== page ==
Trainer Trent Busuttin admits pitting Tavago against Winx at Randwick is not an ideal starting point to the gelding’s Sydney Cup campaign.
But neither is racing on a firm track at Caulfield which Busuttin reasoned could place Tavago’s preparation in jeopardy.
The New Zealander, who set up a stable at Cranbourne with partner Natalie Young last year, makes the trip to Sydney on Saturday with the 2016 ATC Australian Derby winner for the Group One Chipping Norton Stakes (1600m).
Busuttin is banking on Randwick being more forgiving than Caulfield where Tavago was entered for the Futurity Stakes.
“I’m certainly not saying Caulfield is too hard but at this time of the year it’s a genuine good three track and he’s a horse that wants the cut out of the track,” Busuttin said.
“If I was to run him on a firm track first-up it could jeopardise the remainder of his campaign.
“Ideally we don’t want to be going up there and running into Winx and Hartnell but there’s not a lot of choice.”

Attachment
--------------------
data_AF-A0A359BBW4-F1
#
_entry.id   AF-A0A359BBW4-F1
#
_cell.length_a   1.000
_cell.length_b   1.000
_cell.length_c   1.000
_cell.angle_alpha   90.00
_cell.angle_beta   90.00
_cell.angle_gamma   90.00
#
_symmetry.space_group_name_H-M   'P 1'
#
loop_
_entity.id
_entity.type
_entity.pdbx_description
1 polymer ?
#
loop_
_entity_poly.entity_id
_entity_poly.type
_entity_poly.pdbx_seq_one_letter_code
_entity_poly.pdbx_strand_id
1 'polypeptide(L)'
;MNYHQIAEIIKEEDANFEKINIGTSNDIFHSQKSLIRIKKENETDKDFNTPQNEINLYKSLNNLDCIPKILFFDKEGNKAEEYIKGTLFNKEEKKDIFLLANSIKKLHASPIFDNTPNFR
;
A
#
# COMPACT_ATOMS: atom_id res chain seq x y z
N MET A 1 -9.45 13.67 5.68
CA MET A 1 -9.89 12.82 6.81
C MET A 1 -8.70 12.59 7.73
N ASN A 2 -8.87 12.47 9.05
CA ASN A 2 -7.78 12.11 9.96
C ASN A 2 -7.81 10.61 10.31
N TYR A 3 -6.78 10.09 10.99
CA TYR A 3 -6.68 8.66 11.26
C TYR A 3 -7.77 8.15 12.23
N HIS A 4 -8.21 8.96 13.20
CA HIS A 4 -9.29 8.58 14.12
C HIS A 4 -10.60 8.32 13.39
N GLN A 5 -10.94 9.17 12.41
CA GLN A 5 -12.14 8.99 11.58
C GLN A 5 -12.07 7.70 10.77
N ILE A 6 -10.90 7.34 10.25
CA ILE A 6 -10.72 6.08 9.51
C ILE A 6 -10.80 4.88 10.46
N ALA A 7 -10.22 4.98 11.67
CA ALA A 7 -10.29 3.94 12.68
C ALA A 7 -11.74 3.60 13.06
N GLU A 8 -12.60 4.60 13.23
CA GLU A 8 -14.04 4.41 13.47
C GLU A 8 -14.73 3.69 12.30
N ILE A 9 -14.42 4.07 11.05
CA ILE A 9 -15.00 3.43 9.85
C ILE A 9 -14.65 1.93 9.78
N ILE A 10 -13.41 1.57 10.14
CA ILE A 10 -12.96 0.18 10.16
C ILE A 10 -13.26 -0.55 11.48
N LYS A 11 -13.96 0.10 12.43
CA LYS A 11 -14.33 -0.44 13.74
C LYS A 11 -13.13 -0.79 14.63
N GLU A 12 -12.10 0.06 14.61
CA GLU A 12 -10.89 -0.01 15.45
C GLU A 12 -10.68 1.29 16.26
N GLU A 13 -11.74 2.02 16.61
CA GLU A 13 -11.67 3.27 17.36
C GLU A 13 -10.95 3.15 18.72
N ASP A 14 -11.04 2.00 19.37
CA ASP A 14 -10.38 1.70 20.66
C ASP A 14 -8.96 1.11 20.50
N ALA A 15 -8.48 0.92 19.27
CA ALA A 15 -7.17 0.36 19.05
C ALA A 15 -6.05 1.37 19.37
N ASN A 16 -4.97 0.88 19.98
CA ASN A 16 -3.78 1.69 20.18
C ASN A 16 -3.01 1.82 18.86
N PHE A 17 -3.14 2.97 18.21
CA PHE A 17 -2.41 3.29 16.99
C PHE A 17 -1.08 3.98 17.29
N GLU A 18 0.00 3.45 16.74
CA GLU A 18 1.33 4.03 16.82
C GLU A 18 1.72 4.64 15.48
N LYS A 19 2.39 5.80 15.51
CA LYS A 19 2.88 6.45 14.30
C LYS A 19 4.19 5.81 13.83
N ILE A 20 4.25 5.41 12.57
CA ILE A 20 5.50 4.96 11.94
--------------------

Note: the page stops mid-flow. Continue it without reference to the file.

Tavago is one of nine opponents for Winx as the champion bids to extend her winning sequence to 15. She is rated the $1.10 favourite ahead of Hartnell at $8.
Endless Drama, third behind Winx and Hartnell in the Apollo Stakes on February 13, is the $15 third favourite with Tavago fourth pick at $51.
Busuttin plans to sidestep Winx and Hartnell following Saturday’s race and has the choice of two paths heading towards the Sydney Cup on April 8.
Next start will be in either the Sky High Stakes on March 11 or the Ranvet Stakes the following week.
Busuttin will then make a decision whether to go to The BMW at Rosehill or the Chairman’s Handicap at Randwick as a lead-up to the Sydney Cup.
Tavago has 54kg in the Cup and Busuttin is keen to give the four-year-old his opportunity in the 3200m contest.
“It’s worth two million dollars so it’s worth having a shot at and they don’t get the Melbourne Cup Europeans coming out,” Busuttin said.
Tavago has fully recovered from a virus which forced him to the spelling paddock after two disappointing runs in Melbourne during the spring.
“We’re certainly very happy with the way he’s come up,” Busuttin said.
“I’ve got no qualms about what happened in the spring as he got sick with a virus.
“He’s well and truly over that now.”